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Retailers aren't spending on the right areas of data protection

The retail sector has been the subject of some of the most high profile data breaches in recent years. Add to this the willingness of customers to switch allegiance in the event of a breach and it's clear the industry needs to take security seriously.

A new survey from enterprise data protection specialist Vormetric in conjunction with 451 Research focuses on retail companies, detailing IT security spending plans, perceptions of threats to data, rates of data breach failures and data security stances.

Among the findings are that 89 per cent of IT executives feel vulnerable to data threats and 51 per cent have already experienced a data breach, with more than one in five (21 per cent) indicating a breach in the last year.

Retailers are making efforts to protect their systems, though the findings show their efforts may not be directed in the right place. Spending to protect data is increasing fastest in areas that have been shown to be ineffective at guarding against multi-stage attacks. Network defenses (65 per cent) and endpoint and mobile device defenses (58 per cent) see the highest increase in spending, while approaches like data-at-rest defenses, that have been proven to be effective at protecting data after perimeter defenses have been bypassed, are at the bottom (48 per cent). One bit of good news is that 44 per cent are increasing spending on data-at-rest defenses this year.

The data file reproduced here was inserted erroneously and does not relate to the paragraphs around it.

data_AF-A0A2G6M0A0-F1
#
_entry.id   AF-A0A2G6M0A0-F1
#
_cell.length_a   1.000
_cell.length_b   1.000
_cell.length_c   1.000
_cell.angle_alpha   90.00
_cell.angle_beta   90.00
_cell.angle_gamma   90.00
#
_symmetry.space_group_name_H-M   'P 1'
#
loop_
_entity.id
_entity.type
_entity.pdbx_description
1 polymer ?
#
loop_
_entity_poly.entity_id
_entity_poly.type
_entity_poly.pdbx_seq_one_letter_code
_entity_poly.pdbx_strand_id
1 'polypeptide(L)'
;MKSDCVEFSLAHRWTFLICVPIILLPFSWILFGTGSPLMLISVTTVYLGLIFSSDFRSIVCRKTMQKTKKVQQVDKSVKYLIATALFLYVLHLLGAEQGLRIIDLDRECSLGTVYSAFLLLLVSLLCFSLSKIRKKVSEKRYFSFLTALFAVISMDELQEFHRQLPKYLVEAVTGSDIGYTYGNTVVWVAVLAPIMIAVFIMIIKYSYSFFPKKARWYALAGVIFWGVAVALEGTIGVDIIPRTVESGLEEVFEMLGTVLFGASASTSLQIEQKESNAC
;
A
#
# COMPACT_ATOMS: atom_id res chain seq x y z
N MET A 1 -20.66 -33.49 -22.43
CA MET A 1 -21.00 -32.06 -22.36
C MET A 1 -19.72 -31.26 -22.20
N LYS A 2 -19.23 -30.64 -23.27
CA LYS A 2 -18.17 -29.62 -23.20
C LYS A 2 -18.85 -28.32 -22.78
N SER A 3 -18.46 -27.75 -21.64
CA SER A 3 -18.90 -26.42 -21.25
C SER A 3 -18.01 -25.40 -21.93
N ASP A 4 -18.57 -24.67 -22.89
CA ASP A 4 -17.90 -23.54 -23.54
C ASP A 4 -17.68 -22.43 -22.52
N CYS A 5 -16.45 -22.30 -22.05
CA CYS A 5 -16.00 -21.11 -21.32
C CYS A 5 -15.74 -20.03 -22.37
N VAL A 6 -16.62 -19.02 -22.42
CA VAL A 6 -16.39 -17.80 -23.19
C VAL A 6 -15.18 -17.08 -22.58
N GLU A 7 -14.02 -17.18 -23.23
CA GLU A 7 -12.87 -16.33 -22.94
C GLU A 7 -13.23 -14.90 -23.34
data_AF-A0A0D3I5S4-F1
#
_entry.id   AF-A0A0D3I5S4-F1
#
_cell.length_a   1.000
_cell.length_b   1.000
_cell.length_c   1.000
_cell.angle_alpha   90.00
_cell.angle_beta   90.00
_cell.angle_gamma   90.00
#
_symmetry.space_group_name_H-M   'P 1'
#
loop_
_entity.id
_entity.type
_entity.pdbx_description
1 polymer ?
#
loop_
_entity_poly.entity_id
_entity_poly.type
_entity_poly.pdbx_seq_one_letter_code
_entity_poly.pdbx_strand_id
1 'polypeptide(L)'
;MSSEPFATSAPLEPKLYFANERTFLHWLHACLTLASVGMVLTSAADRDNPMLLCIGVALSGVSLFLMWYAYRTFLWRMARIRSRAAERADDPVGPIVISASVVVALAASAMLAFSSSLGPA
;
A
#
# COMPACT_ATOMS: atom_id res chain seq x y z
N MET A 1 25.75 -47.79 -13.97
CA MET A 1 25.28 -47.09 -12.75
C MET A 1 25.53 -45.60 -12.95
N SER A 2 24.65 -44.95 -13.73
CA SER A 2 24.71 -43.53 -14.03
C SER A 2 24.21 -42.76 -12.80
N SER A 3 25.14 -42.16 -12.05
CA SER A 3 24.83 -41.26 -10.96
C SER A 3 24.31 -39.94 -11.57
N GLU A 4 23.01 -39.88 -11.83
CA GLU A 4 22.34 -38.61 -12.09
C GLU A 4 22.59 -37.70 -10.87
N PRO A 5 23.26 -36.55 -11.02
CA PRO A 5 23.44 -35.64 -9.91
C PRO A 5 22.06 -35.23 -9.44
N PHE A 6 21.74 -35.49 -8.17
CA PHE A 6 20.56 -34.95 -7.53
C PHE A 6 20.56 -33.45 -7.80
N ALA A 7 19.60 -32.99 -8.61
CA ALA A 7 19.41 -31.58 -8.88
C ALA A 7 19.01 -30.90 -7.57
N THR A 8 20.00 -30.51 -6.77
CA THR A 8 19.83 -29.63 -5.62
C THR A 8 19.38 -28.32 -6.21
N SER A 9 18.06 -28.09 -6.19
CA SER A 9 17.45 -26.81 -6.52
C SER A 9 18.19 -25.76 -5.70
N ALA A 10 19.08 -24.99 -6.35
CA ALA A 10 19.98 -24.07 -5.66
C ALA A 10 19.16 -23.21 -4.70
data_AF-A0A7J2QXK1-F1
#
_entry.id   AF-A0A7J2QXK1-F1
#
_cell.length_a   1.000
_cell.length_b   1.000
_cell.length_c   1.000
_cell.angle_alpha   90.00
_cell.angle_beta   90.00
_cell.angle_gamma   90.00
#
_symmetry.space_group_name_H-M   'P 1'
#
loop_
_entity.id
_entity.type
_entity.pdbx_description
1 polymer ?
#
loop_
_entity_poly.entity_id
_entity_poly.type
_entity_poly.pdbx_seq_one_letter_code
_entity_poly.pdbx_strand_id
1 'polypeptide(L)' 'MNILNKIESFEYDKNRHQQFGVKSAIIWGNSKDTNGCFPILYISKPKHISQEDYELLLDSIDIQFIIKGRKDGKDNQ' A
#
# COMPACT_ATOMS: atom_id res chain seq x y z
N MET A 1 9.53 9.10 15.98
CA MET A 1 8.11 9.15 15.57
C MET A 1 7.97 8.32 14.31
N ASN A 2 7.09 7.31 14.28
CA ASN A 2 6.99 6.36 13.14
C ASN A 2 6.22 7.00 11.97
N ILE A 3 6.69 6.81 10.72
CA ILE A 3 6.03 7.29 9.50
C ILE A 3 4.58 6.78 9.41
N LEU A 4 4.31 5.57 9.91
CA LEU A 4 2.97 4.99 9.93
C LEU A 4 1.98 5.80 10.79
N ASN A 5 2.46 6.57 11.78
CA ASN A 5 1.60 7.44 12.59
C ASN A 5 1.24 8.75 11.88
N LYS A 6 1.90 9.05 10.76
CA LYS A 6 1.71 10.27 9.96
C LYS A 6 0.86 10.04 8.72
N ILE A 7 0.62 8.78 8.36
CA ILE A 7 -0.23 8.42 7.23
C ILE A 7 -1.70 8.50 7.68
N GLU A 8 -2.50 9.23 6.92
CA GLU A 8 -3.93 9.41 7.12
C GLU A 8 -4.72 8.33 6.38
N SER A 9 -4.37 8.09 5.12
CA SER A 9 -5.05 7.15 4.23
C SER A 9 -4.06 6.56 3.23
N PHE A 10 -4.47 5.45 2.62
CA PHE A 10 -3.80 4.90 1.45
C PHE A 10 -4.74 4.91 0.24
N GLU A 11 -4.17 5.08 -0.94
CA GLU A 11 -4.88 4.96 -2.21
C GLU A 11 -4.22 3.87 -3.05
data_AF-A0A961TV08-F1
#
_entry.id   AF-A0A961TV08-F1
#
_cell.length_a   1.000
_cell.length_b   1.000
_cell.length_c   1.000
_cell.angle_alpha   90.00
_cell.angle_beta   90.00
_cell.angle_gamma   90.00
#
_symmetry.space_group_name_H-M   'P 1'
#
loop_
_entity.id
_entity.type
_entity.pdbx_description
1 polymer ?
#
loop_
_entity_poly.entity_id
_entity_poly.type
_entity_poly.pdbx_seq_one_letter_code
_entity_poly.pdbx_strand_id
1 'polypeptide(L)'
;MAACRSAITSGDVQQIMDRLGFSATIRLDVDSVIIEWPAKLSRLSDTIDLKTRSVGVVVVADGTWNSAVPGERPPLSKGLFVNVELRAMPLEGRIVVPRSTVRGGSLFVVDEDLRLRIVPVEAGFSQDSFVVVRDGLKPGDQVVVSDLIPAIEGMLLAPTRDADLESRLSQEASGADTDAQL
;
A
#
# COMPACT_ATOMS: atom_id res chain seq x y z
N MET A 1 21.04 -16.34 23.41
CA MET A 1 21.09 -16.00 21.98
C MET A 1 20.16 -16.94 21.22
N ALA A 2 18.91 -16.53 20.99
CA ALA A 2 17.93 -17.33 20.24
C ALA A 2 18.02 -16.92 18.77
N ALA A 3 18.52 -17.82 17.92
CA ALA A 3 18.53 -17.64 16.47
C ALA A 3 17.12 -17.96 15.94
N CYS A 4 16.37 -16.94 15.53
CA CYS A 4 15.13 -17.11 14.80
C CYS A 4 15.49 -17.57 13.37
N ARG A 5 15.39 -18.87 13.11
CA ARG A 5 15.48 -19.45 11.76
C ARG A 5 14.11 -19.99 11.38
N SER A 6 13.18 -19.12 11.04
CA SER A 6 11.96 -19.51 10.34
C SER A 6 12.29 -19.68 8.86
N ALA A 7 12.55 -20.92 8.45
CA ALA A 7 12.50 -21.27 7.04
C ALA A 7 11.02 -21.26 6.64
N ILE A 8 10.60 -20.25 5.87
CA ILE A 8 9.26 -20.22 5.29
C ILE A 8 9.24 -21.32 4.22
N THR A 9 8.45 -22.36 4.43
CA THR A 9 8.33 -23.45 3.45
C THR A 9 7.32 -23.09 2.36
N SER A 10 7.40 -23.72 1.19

At 55 per cent, protecting reputation and brand was the top IT security spending priority, followed closely by meeting compliance requirements at 49 per cent. Preventing data breaches was the lowest priority, named by only 31 per cent. Complexity at 61 per cent is identified as the top barrier to adoption of better data security.

"With frequent, high profile data breaches occurring, it seems a complete miss that preventing them is at the bottom of a retailer's IT security spending priority list," says Tina Stewart, vice president of marketing for Vormetric. "Surprisingly, they are also failing to connect the dots about the best solutions to use.

"With tremendous sets of detailed customer behaviour and personal information in their custody, and with retailers a prime target for hackers, we'd expect to see more investments in data security, than in less than fully effective tools like network and anti-virus security".

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